Why did it take so long to make the changes? The changes required us to add builds of GDAL 3 and PROJ 6 to our CI server, which takes some iterations and time. Also the cultural knowledge of the project required to change the shim modules is scarce. There are only a few of us who understanding what's going on in there. This is certainly a problem to be overcome in the future.

The shims make the source distribution of the package fragile. There was a bug in 1.8.9 that prevented the fiona/_shim3.c file from being copied to fiona/_shim.c during installation. In 1.8.9.post1 we created a new bug that messed up copy of the fiona/_shim2.c file. These are all fixed and now users can build and install a version of Fiona on Linux or OS X that compiles with and links and existing GDAL 3.0 installation by running GDAL_CONFIG=/gdal3prefix/bin/gdal-config pip install --no-binary fiona -U fiona.

Thanks for your help and patience, everyone.

October 19, 2018: Golden Gate Bridge

I'm headed to San Francisco for work almost exactly a year after going on a family trip on which my kids and I made our first walk onto the Golden Gate Bridge. Among the photos we took are these by Arabelle, who was enjoying playing with depth of field out in the unique space of the bridge and bay and sky.



I spent last weekend in Minneapolis, my family flew to Seattle today, I'm flying to San Francisco on Sunday, and I'm planning to cross paths with Ruth, Arabelle, and Beatrice in DEN as they return. I think it goes without saying that it's unsustainable for a family to be flying around all the time. We're trying to reduce our trips and make up for them as much as we can, but this is a period of fairly intense stratospheric presence for my clan.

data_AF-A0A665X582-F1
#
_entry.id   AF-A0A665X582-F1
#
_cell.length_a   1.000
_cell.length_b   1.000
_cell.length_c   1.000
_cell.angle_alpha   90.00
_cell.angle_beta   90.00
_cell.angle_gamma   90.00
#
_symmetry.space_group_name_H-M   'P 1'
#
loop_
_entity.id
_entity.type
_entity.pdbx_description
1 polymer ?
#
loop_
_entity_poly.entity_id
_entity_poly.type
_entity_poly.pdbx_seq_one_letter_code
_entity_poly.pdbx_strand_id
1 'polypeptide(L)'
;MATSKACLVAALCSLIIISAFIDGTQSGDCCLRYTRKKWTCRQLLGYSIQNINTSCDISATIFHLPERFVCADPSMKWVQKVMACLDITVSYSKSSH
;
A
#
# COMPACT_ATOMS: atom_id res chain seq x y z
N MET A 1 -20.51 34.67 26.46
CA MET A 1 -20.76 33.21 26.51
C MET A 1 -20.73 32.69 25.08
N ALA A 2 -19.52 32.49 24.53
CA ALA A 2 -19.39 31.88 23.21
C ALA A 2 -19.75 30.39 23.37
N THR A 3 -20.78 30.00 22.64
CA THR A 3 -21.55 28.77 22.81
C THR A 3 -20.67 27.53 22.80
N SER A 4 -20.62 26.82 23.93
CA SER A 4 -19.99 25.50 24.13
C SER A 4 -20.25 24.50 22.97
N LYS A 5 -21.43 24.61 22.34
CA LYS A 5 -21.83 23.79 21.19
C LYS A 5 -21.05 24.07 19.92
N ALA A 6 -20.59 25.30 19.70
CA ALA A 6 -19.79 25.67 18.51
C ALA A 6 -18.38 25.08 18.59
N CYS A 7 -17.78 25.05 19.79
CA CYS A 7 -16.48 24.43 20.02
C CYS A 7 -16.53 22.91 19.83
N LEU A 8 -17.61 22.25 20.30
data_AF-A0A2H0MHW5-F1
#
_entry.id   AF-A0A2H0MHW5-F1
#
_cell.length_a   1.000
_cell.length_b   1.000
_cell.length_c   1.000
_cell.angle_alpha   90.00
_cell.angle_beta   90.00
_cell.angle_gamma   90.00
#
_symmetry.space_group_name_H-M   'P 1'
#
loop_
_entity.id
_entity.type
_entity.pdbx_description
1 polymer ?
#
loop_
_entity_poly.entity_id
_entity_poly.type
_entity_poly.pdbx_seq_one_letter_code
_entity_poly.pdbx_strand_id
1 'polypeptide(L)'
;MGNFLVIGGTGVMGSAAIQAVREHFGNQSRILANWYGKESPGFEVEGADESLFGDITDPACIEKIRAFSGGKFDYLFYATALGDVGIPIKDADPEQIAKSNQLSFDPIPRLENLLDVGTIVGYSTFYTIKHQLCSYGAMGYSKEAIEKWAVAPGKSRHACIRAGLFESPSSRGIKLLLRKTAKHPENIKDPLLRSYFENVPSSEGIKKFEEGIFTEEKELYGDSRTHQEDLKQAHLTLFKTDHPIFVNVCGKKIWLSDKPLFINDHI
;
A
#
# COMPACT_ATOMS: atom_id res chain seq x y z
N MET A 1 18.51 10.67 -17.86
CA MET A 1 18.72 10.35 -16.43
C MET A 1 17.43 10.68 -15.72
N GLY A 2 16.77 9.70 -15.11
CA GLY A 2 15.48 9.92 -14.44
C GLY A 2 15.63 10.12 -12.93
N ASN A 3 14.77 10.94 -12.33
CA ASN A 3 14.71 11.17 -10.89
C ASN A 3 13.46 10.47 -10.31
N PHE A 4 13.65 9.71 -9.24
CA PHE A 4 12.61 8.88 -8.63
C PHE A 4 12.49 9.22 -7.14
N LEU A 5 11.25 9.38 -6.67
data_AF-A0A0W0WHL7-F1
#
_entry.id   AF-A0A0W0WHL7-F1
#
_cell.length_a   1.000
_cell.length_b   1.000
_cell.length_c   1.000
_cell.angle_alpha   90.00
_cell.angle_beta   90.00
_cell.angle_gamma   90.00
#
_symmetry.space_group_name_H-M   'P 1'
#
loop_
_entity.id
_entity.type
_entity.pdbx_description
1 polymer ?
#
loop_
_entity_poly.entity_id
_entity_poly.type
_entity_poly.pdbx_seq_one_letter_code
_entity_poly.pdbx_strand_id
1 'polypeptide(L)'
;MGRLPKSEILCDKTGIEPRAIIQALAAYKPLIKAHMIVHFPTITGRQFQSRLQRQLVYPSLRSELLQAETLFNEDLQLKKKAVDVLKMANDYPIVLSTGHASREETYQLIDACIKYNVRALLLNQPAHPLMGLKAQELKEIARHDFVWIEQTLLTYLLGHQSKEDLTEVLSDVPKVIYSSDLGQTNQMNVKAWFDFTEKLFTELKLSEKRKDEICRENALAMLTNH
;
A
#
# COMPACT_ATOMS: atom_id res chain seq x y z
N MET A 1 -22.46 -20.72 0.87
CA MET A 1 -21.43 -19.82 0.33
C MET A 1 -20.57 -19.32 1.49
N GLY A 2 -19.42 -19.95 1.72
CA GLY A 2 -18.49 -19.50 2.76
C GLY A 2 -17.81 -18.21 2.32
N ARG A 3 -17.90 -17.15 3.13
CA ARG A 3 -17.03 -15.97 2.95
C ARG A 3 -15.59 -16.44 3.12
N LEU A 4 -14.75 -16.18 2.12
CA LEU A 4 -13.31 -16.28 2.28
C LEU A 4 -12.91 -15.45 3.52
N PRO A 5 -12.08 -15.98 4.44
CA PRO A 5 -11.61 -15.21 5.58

Arabelle is flying to LA for a week on Catalina Island with a school group in November, her first trip in a plane without me or Ruth. There is at least one kid on the trip who will be flying for their first time at age 13. My kids, who have been flying all their lives, to France multiple times, almost get it, but that first-time plane traveler is a lot like me. When I was a kid, my parents could barely afford to fly us around at all. I boarded my first domestic flight at 15 (Salt Lake City -> Dallas -> Detroit) and didn't make my first international flight (Miami to Caracas, Venezuela) until I was 25.

Air travel is both amazing (the speed, the views out the window!) and terrible (the pollution, the lines). I'm certain that it is going to be more limited in the future. Make the most of it, and give back as much as you can.


Landing at sunset in Denver